forehead: the little girl with a little curl right in the middle of hers

Arnold M. Zwicky zwicky at CSLI.STANFORD.EDU
Sat Apr 5 14:02:45 UTC 2008

On Apr 5, 2008, at 6:27 AM, Charlie Doyle wrote:

> That's an important point commonly overlooked by literary scholars.
> The only really "perfect" rhyme

i've puzzled over this for some time now, and i can't make any sense
of it.  it seems to presuppose that total identity is the *real*
meaning of "rhyme".  but where does that idea come from? certainly not
from the way the words "rime" and "rhyme" have been used in english,
which involves not total phonological identity, but phonological
identity of the terminal portions of words (for some specification of
"terminal portion").

> would be a repitition

nice typo.  and an extremely common one -- 211,000 raw google webhits,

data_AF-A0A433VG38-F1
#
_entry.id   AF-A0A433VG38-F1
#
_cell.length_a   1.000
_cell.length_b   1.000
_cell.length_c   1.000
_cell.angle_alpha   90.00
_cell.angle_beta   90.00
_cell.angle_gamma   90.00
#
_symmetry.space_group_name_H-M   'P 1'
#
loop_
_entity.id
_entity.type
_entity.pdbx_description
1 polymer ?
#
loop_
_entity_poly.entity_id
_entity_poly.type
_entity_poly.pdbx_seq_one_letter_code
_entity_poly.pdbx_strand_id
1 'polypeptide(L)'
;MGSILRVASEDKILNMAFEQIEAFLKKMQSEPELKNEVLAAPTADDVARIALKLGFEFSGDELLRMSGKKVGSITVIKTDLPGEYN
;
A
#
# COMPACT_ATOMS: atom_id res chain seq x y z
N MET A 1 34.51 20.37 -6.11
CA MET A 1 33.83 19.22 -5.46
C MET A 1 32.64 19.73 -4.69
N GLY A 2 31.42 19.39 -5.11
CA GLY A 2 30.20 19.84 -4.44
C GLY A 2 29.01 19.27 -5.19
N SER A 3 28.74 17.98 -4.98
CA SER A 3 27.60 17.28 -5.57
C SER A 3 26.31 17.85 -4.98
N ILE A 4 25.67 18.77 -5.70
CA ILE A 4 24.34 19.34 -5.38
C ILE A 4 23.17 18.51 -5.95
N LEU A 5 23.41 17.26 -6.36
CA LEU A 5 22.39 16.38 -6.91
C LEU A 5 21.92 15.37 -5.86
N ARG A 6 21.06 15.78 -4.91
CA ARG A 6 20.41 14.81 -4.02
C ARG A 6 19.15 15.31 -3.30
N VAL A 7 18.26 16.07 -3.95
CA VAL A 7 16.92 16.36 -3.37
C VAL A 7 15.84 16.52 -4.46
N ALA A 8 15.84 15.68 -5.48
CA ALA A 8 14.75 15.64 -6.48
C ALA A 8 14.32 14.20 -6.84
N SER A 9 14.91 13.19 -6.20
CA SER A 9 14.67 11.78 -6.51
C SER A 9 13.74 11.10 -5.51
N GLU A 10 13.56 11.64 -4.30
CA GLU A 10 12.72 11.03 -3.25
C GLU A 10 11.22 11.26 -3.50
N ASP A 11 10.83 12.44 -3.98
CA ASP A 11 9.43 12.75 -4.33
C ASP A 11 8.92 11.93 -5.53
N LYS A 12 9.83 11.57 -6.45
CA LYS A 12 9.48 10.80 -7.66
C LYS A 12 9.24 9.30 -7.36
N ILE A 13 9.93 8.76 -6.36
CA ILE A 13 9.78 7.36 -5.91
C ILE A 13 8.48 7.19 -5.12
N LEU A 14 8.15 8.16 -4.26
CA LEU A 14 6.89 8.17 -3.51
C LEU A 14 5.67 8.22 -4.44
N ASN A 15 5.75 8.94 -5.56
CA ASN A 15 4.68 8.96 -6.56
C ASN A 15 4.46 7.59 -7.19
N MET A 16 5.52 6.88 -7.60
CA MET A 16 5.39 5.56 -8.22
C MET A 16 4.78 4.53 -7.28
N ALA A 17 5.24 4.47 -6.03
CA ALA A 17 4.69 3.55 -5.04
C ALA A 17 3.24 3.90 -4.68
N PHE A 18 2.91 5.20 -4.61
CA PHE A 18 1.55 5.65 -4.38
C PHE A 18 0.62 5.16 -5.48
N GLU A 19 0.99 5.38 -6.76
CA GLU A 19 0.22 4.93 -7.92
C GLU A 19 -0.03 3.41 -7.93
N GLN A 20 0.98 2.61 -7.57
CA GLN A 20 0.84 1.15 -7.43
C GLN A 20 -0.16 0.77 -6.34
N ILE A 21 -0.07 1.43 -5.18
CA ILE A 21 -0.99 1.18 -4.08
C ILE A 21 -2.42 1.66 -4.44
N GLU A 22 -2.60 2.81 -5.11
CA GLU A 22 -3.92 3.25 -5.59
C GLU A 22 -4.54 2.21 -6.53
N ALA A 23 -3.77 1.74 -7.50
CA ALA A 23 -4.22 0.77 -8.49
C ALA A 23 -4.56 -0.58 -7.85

a few of which (Repitition Miniature Shnauzers, for instance) are
intentional re-spellings, but most of which are clearly misspellings
or typos.

> of the same word (in the same syntactic position, etc.)--which is
> usually not thought of as a rhyme at all. Otherwise, we're loosely
> weighing the relative "closeness" among a range of phonological
> features.
> Also, since no rhyme is perfect, one must be cautious about using
> rhymes to establish historical pronunciations.

well, the real problem is the existence of various kinds of half-rhyme
(quite prominent in some poetic traditions, at best sporadic in
others), differing specifications of "terminal portion", eye rhymes,
and so on.


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